Scan­ners main tool to find the scam­mers

The Sunday Telegraph (Sydney) - - NEWS - BRENDEN HILLS

THERE are 686 mil­lion gen­uine $50 notes in cir­cu­la­tion around Aus­tralia, so how does the Re­serve Bank of Aus­tralia find the fake ones?

It’s a col­lab­o­ra­tive ef­fort be­tween banks, cash-in-tran­sit com­pa­nies (ar­moured cars), shops, the po­lice and the pub­lic to find very small nee­dles in a very large haystack.

The de­tails of how the RBA re­cov­ered about $850,000 in fake fifties in the case of Ben­jamin Gil­lette-Roth­schild can­not be re­vealed be­cause of a sup­pres­sion or­der im­posed by the Syd­ney Dis­trict Court. When coun­ter­feit money goes into cir­cu­la­tion, the RBA has no track­ing de­vice that can pin­point its lo­ca­tion.

In most cases it has to wait un­til the fake notes are re­ported. The most ef­fec­tive method for large-scale de­tec­tion is through the banks, which have state-of-the-art tech­nol­ogy that de­tects even the tini­est of ir­reg­u­lar­i­ties in each note.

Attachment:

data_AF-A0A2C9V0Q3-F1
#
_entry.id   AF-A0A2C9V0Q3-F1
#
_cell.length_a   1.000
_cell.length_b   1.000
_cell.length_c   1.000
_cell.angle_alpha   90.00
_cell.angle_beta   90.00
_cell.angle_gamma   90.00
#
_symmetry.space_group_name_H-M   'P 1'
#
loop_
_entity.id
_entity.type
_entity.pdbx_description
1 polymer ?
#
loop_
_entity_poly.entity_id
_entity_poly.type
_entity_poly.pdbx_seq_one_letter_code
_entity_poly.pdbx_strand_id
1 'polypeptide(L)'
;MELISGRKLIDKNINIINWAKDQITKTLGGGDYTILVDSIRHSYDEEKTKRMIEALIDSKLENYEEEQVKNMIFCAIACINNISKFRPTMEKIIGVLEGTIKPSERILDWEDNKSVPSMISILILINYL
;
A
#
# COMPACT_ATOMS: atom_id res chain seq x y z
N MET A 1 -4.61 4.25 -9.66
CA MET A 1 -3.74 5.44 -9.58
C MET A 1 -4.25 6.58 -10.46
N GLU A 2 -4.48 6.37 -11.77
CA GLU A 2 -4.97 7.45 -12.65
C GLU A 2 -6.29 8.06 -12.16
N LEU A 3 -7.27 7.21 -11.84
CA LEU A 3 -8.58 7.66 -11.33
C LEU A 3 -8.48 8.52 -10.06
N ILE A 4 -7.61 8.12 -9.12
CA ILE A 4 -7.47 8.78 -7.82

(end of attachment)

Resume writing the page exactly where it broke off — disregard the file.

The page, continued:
The RBA’s coun­ter­feit anal­y­sis team will swing into ac­tion, look­ing for pat­terns to es­tab­lish if the notes are from one maker or many.

The Aus­tralian Fed­eral Po­lice will be­come in­volved if there is ev­i­dence or sus­pi­cion of large-scale pro­duc­tion and if there is an or­gan­ised crime link.

The RBA also keeps a col­lec­tion of coun­ter­feit and real ban­knotes that can be lent to the man­u­fac­tur­ers of scan­ning and val­i­da­tion ma­chin­ery to test if their equip­ment can tell the dif­fer­ence be­tween real and coun­ter­feit ban­knotes.

The scan­ning tech­nol­ogy is used in a wide range of de­vices, in­clud­ing poker ma­chines, ATMs, vend­ing ma­chines and ma­chines used by banks.

The coun­ter­feit notes are kept at the RBA’s Coun­ter­feit Ex­am­i­na­tion Lab­o­ra­tory in Vic­to­ria.

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